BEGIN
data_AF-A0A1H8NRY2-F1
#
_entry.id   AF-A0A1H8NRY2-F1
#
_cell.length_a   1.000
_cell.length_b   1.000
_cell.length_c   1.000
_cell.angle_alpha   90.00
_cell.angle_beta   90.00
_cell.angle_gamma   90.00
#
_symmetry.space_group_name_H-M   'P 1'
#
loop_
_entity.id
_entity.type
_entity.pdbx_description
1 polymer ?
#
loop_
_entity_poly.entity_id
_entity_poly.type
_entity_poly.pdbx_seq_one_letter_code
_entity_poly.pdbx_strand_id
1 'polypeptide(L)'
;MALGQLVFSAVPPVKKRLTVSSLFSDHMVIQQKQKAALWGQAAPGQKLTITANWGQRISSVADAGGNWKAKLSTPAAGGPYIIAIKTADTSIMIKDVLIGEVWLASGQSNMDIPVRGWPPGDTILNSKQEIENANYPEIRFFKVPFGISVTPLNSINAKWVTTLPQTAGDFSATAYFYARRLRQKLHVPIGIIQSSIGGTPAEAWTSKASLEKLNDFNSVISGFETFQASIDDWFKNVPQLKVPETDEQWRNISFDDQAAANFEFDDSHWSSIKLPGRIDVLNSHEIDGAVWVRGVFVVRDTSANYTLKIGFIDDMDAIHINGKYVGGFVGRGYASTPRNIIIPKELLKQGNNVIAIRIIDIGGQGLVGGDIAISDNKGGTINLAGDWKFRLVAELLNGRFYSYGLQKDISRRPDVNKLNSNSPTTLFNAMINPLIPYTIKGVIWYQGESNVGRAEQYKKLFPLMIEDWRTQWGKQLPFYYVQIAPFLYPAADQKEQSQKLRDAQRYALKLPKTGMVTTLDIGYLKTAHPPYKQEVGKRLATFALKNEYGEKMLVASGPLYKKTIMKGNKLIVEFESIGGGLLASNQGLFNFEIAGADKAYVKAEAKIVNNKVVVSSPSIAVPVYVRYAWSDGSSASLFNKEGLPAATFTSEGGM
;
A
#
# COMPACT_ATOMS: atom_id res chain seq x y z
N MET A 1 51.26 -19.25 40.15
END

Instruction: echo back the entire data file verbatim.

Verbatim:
data_AF-A0A1H8NRY2-F1
#
_entry.id   AF-A0A1H8NRY2-F1
#
_cell.length_a   1.000
_cell.length_b   1.000
_cell.length_c   1.000
_cell.angle_alpha   90.00
_cell.angle_beta   90.00
_cell.angle_gamma   90.00
#
_symmetry.space_group_name_H-M   'P 1'
#
loop_
_entity.id
_entity.type
_entity.pdbx_description
1 polymer ?
#
loop_
_entity_poly.entity_id
_entity_poly.type
_entity_poly.pdbx_seq_one_letter_code
_entity_poly.pdbx_strand_id
1 'polypeptide(L)'
;MALGQLVFSAVPPVKKRLTVSSLFSDHMVIQQKQKAALWGQAAPGQKLTITANWGQRISSVADAGGNWKAKLSTPAAGGPYIIAIKTADTSIMIKDVLIGEVWLASGQSNMDIPVRGWPPGDTILNSKQEIENANYPEIRFFKVPFGISVTPLNSINAKWVTTLPQTAGDFSATAYFYARRLRQKLHVPIGIIQSSIGGTPAEAWTSKASLEKLNDFNSVISGFETFQASIDDWFKNVPQLKVPETDEQWRNISFDDQAAANFEFDDSHWSSIKLPGRIDVLNSHEIDGAVWVRGVFVVRDTSANYTLKIGFIDDMDAIHINGKYVGGFVGRGYASTPRNIIIPKELLKQGNNVIAIRIIDIGGQGLVGGDIAISDNKGGTINLAGDWKFRLVAELLNGRFYSYGLQKDISRRPDVNKLNSNSPTTLFNAMINPLIPYTIKGVIWYQGESNVGRAEQYKKLFPLMIEDWRTQWGKQLPFYYVQIAPFLYPAADQKEQSQKLRDAQRYALKLPKTGMVTTLDIGYLKTAHPPYKQEVGKRLATFALKNEYGEKMLVASGPLYKKTIMKGNKLIVEFESIGGGLLASNQGLFNFEIAGADKAYVKAEAKIVNNKVVVSSPSIAVPVYVRYAWSDGSSASLFNKEGLPAATFTSEGGM
;
A
#
# COMPACT_ATOMS: atom_id res chain seq x y z
N MET A 1 51.26 -19.25 40.15